Trip Report    

Bedal Peak

A fun scramble with a strenuous approach.

  • Fri, Sep 4, 2020 — Sat, Sep 5, 2020
  • Bedal Peak
  • Scrambling
  • Successful
  • Road recommended for high clearance only
  • FS 4096 to TH had some rough patches, high clearance recommended. Flagging on the trail is consistent and well spaced, route finding was not as difficult as anticipated. We encountered a hornet's nest in a ground level tree hollow approximately .75 miles in and were stung multiple times--keep a close eye on surroundings.  A few small water crossings early on, meltwater ponds above treeline for refilling if necessary. 

    There is a small ramp about 50' long at ~5000' that gives access to the peak above tree line. It runs counter to the slope just below the trees in the center of this picture. Approx location: 48°4'36.32" N 121°21'42.21" W


We decided to visit this peak over Labor Day weekend based on its low visitation rate and camped the night before at the end of FS 4096 in our vehicles. There a few flattish turnouts before the end of the road that make decent camping, however there are no services so be advised. After a quick breakfast and load out we started on the trail at 8am, and proceeded to go up, up, and up into the mist. 

IMG_0799.jpgTypical trail grade.

The route finding through the first few miles was non-eventful, the route is flagged every 200' or so. We did get off trail a few times and were rewarded with Yellowjacket stings approximately .75 mile in, do be mindful of your feet if/when bushwhacking. After 1.5 hours we made the first talus field at 3800', a welcome reprieve from the forest. Rock was dry and grippy and made for easy travel.


Talus field aka break time.

We followed the trail upward, breaking through the clouds at 4,000' and enjoying peekaboo views though the trees. At 1030am we arrived at a small meadow, with the "can't miss" ramp in front of us. I expected a much larger feature, like an arm or a ridge, but instead it was a short (50'-ish) section of rock running counter to the slope angle of the ridge. After cruising up this bit views began in earnest with Mt. Pugh in the background and Dakobed looming in the distance.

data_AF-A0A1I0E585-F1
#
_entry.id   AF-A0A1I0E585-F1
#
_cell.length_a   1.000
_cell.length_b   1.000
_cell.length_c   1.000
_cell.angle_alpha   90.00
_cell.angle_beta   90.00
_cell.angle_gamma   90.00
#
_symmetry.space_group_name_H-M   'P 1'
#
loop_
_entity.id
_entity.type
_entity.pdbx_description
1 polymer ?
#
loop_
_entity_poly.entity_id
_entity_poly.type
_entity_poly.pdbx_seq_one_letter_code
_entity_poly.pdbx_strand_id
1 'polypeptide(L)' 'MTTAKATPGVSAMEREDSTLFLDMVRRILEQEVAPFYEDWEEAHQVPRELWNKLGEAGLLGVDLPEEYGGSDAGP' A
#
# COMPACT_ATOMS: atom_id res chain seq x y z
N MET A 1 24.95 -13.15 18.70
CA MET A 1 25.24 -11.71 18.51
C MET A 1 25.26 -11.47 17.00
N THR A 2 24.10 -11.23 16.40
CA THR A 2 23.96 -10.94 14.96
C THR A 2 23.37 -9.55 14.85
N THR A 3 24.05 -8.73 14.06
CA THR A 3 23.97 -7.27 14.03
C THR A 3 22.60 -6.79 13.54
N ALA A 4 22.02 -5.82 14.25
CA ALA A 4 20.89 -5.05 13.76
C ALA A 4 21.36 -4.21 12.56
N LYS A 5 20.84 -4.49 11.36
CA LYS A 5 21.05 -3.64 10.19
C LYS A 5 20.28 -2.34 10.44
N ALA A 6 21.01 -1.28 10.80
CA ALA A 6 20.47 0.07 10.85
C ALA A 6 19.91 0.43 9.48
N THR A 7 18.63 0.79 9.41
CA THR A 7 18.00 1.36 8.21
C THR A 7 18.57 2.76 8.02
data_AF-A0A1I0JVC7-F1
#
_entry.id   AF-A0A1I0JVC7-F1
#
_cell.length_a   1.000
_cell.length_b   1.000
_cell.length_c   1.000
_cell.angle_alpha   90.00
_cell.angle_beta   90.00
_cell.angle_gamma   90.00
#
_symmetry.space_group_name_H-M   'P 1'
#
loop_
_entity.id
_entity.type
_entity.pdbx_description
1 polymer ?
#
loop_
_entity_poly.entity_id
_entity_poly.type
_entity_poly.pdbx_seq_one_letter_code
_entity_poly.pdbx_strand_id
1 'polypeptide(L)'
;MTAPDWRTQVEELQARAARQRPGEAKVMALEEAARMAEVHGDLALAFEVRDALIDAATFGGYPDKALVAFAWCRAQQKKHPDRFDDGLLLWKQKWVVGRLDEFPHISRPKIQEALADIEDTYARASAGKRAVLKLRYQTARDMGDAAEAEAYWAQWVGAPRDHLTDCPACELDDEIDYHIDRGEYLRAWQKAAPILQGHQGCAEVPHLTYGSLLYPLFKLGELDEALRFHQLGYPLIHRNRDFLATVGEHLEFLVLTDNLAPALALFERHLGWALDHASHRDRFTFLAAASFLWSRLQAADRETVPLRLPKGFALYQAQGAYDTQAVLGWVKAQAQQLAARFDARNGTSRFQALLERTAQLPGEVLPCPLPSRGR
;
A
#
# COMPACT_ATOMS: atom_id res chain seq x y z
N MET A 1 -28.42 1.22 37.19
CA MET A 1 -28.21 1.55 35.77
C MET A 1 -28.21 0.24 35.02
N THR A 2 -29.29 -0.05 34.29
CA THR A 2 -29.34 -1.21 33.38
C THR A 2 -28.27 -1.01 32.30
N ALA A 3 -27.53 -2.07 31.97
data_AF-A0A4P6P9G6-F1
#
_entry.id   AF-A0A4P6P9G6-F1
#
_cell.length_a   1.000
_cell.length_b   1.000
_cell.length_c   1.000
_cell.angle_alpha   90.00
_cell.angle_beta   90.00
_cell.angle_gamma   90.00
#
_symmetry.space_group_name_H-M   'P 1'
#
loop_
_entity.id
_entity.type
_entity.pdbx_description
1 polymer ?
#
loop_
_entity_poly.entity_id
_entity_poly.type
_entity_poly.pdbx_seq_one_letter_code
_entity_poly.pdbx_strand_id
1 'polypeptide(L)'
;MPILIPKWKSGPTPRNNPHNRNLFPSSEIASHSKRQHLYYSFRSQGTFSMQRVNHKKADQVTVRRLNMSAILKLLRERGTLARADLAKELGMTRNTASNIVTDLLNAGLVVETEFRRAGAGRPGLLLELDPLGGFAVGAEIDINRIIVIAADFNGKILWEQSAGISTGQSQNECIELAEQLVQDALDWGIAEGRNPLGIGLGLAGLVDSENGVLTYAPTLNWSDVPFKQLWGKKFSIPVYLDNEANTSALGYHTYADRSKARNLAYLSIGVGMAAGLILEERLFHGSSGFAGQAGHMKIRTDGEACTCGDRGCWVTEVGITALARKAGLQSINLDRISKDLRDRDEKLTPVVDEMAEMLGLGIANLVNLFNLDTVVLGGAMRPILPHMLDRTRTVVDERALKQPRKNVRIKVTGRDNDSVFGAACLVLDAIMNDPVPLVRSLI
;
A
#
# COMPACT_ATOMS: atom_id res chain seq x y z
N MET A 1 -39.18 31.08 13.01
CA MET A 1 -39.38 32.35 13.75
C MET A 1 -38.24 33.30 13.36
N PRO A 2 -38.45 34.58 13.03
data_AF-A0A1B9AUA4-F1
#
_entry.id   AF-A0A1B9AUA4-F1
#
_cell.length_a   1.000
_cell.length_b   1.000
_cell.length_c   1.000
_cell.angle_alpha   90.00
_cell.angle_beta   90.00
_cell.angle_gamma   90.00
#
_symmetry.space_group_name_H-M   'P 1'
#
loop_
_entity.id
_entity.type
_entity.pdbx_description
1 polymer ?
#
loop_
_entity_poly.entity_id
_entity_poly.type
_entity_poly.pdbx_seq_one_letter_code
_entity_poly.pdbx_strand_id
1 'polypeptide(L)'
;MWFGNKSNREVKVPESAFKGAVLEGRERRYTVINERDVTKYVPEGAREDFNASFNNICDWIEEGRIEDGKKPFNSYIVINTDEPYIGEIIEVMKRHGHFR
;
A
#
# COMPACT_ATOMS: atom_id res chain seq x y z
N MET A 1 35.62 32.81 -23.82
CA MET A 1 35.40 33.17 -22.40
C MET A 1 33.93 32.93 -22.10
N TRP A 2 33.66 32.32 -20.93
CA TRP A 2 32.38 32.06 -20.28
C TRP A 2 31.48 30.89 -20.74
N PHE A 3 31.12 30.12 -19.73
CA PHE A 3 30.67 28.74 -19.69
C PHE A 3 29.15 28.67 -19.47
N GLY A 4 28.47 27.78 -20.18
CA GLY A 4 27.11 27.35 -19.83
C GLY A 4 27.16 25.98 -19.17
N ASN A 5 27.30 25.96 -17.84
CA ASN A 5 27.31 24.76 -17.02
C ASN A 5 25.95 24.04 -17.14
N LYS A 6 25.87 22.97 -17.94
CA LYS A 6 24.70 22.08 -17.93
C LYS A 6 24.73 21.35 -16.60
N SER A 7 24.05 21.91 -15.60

The don't miss ramp.


Above the clouds on Mountain Loop. Mt. Pugh in background.

At this point the trail disappears and becomes more a suggestion marked by cairns over a lovely field of granitic orthogneiss that offers multiple class 2-3 lines to the summit. After the slog up the rock was truly like dessert after mushy boiled vegetables--grippy, beautiful, varied, everything a scrambler could want. 


Beginning of the approach, 5600', looking SE.

Our approach followed a SE line about 500' from the summit ridge to approach the peak from the  North. Snowfields were minimal, and while we brought spikes, they ended up training weight. Rather than summit from the NE ridge, we opted for some fun class 3 opportunities just North of the summit, which brought us to the standard trail just shy of the top.


Some great lines @ 6,200', just south of the summit. Dakobed in the distance.

We made the summit at 1230pm, 4.5 hours after starting. The current summit register was dated from 2000 and still had multiple blank pages. After enjoying lunch and amazing views of Sloan Peak we started back down around 130pm. Again, the only thing that matched the views was the quality of the rock. We went a little high on our route back and ended up with veggie-assisted down-climbing to link back up with the trail, try to exit the rock complex back into the forest at 5200' to avoid this. We returned to the forest for a long rocky and rooty return, arriving back at the TH at 5pm. All in all a good scramble with a bumpy start, looking forward to attempting again early season. 


Sloan Peak from Bedal Peak.


So much amazing rock!